There has been quite a bit of hype in both the technical and the popular press around the launch of “Angry Birds – Space” with some rather breathless hacks claiming the game has been downloaded ten million times in a week since release. Whether this is an accurate figure or not is a moot point. I have downloaded the Apple Mac version from the Apple store, and have played the game. As many of you may know, I am not a gamer – I lack the dexterity or patience to get to grips with the more involved and absorbing games. In many ways I am the ideal customer for Angry Birds – you can dip in and out of it and just play in small bursts. What I discovered with “Space” is, that although the physics and strategy within the game have been updated, it is actually very easy. I completed all levels (albeit not with a full three stars on every one) in two days – a total playing time of not more that around four hours. This seems pretty poor value. I know that further levels are published on a fairly regular basis, but it does seem to me that if I, a rubbish game player can power through all levels in short time, then what satisfaction would a hardened gamer get? Talking of gaming, the press has been giving fairly high profile coverage to the story that the national retailer Game has gone into administration. Luckily (for the time being, at least) the two local stores at Bluewater and Bexleyheath are staying open. You can see a full list of the Game stores that have received a stay of execution by clicking here.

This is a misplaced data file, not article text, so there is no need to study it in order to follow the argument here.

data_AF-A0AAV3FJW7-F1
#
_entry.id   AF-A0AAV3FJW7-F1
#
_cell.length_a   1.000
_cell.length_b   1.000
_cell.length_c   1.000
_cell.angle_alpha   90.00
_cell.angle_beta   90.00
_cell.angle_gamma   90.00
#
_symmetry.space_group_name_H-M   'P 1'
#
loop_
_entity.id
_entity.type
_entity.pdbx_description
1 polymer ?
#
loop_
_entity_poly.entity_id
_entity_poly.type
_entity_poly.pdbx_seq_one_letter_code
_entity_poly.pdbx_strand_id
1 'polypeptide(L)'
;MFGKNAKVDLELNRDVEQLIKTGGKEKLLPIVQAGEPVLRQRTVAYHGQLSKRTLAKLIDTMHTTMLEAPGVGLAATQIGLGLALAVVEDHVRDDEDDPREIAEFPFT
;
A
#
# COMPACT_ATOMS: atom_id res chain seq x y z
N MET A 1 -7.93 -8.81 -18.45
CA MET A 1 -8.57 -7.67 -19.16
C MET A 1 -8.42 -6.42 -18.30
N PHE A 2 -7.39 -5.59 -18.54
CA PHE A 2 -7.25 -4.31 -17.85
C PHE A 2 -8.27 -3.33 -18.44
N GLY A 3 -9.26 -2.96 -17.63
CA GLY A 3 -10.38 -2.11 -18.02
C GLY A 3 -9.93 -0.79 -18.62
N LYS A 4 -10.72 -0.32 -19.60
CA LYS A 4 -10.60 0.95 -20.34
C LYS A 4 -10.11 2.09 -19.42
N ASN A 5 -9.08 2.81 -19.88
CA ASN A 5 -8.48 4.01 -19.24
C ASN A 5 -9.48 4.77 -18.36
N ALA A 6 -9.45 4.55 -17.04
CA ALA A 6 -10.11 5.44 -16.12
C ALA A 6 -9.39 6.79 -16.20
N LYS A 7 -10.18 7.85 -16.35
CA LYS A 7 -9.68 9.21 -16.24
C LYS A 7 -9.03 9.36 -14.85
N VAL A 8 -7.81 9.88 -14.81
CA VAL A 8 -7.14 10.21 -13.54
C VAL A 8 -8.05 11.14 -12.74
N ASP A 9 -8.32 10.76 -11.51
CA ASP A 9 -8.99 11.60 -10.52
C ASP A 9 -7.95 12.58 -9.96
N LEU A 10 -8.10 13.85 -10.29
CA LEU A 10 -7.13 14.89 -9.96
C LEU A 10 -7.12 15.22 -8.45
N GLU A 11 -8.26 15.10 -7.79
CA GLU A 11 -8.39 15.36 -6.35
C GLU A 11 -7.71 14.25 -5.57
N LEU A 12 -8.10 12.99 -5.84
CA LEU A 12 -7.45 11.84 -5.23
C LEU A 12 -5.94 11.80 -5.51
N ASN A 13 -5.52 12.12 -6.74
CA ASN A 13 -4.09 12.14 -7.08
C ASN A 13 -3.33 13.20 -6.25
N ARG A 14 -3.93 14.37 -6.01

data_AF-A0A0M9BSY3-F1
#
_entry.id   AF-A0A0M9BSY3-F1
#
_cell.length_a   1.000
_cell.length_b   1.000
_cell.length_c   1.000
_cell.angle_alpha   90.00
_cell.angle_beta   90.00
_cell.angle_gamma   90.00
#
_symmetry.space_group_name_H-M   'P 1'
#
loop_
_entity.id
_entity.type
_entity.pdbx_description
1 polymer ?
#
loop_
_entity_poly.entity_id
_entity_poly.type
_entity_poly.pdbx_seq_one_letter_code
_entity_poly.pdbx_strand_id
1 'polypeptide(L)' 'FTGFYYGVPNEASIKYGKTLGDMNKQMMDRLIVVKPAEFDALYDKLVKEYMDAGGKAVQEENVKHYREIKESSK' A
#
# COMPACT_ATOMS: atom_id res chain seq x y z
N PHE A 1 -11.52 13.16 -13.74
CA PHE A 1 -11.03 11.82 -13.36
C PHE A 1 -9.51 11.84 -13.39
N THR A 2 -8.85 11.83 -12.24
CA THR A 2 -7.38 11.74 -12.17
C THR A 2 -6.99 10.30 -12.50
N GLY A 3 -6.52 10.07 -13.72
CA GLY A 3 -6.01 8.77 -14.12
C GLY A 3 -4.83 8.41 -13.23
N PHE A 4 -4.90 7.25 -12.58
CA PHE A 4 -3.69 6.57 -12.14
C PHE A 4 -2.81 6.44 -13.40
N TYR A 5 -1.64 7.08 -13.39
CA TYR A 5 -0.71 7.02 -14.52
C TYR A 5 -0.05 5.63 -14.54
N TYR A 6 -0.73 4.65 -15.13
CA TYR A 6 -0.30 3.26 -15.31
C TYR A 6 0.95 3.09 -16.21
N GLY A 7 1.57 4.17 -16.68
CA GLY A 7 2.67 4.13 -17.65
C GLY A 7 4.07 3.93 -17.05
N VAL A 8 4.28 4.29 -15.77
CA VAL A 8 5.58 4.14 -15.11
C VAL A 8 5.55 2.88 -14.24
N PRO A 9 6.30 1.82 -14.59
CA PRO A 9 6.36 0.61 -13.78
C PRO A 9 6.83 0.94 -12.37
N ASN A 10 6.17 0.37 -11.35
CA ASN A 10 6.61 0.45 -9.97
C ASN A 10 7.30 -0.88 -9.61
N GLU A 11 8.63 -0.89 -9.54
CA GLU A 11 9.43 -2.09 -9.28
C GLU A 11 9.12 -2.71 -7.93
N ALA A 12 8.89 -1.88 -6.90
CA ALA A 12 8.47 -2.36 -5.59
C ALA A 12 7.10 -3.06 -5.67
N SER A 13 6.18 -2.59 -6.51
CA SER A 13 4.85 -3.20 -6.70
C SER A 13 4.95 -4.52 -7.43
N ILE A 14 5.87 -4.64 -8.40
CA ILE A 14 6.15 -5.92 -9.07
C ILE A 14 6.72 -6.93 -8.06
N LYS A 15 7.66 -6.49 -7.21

News reaches me that there is to be a remake of the classic TV comedy series "Yes Minister". To say that I am appalled is an understatement; this absolute classic series with its' superb writing, cutting satire and spot on performances cannot be emulated or bettered in my opinion. It is as relevant today as it was when the pilot episode was filmed during Margaret Thatcher's election back in 1979 - even then the pilot was withheld from transmission during the run up to the election on the grounds that the BBC feared that it could have influenced the result. You can read more about the new version here. I for one will not be watching it - my boxed set of the original "Yes Minister / Prime Minister" will get a re - watch instead.